Aside from the fact that sitting at home for six months writing a book would drive me insane (I am not good at managing my time) I don’t do a great deal of writing these days. I’d love to write constantly, to churn out novels and screenplays, but it’s not something I’m capable of doing. And one of my key frustrations is that the kind of thing I enjoy reading is not the kind of thing I enjoy (or am capable of) writing. 

When I’m reading a novel, I enjoy a large dose of escapism. I’m more than happy to read books set in ridiculous places, with hammy dialogue, unrealistic characters and unbelievable plots. I am not a book snob: as long as a book doesn’t bore me I can read it. 

Whereas when I am writing something, I need it to reflect life as I see it; I expect it to be realistic: and not in the sense of urban, kitchen-sink drama where the realism is a surface texture. I expect it to be realistic in that it follows the patterns, thoughts and mood of my internal life. So I can only write about a life in which there is very little plot, where the dialogue is mostly internal monologue, where the mood is one of entropy and anger, where there is no visible link between cause and effect and where there is only one important character: me. 

As you can imagine, this makes writing anything other than short navel-gazing pieces quite difficult. 

Over the last few weeks I’ve been watching Sherlock, the entertaining but slightly schlocky BBC TV drama that updates the Holmes and Watson characters for the present day. And my experience watching it gives me a good insight into what happens when I try to write something. 

I think: Hmmm, I enjoyed that show. A good, distracting romp. I’d like to write something similar. But of course, there aren’t really geniuses like Sherlock; most deduction is a painstaking slog through hours of evidence, with as many false leads as there are revelations. And the killings wouldn’t be done by serial killers, they would be senseless, stupid murders by kids in gangs who don’t know what they are doing and end up stabbing someone in a dispute over crisps. And it wouldn’t be set in central London because no-one can afford to live there, so it would be set in Edmonton or Neasden or somewhere. And most of the time the detective would just be filling out paperwork. And he wouldn’t be recognised as a genius; in fact he wouldn’t be in charge of the investigation at all – he’d be a desk clerk or something. And most of the investigations wouldn’t be resolved in any kind of way, they would remain unsolved. And a lot of the time the detectives would get it wrong. And if there were a genius, he wouldn’t be skinny, he’d be fat and bald and socially inept, and not in a cool way. Just in a smelly way. And the London it was set in would be an anxious, dysfunctional but middle-class London, rather than either posh London or council estate London, which is all you ever see on TV. And most of the time the central character wouldn’t do anything at all. In fact, he wouldn’t leave the house most days. He wouldn’t see the point in a job. He’d get bored and start asking why he was doing things. In fact, he’d be aware that he’s a fictional character and would constantly be questioning his role within the drama and railing against its restrictive conventions. He’d start deconstructing the narrative and trying to resolve it from within.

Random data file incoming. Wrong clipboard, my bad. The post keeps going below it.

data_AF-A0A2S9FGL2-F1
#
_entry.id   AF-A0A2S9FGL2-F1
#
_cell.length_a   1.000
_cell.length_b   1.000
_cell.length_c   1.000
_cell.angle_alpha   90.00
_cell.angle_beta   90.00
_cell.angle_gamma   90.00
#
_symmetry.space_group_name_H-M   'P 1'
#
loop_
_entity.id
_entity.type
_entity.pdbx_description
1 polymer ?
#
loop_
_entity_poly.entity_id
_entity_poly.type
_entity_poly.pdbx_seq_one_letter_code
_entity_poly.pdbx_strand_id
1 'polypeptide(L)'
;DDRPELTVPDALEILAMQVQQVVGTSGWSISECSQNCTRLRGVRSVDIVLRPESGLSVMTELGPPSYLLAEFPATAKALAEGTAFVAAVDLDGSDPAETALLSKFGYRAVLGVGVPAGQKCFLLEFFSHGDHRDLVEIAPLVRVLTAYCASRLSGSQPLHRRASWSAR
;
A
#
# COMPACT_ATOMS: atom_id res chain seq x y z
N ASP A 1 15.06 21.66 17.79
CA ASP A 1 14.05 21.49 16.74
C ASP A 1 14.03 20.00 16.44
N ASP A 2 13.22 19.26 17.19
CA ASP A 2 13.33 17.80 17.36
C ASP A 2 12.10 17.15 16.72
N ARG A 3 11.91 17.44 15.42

In other words, as soon as the plot enters my head it starts to deconstruct itself: first of all on a superficial level, but then very quickly on a deeper level. The basic template of my life is this: clever but not genius man, emotionally conflicted and unsure, self-obsessed, refusing to engage emotionally with real life, constantly picking away at the boundaries of his existence. And at the moment I project this template onto everything I write. I take a perfectly healthy specimen of a story and inject it with my own faulty DNA until it’s some horrible shambling Greg zombie, unable to walk any way other than in circles before collapsing on its knees and expiring.  

The way I’ve gotten around this in the past is to write very short pieces. I managed to get a decent novel (which just yesterday got a new ONE STAR review on Amazon.co.uk, with the subtitle “Worst book ever” on it) out of this. I know I’m a decent writer. I’m capable of a good turn of phrase and I’m very good at coming up with funny, original ideas, but I can only sustain them for a few hundred words before they start to eat themselves. This results in lots of tiny, implausible paragraphs with very little plot or character interaction, which I can get out of my system quickly before my big, nasty brain starts applyting its corrosive acid and everything starts to deconstruct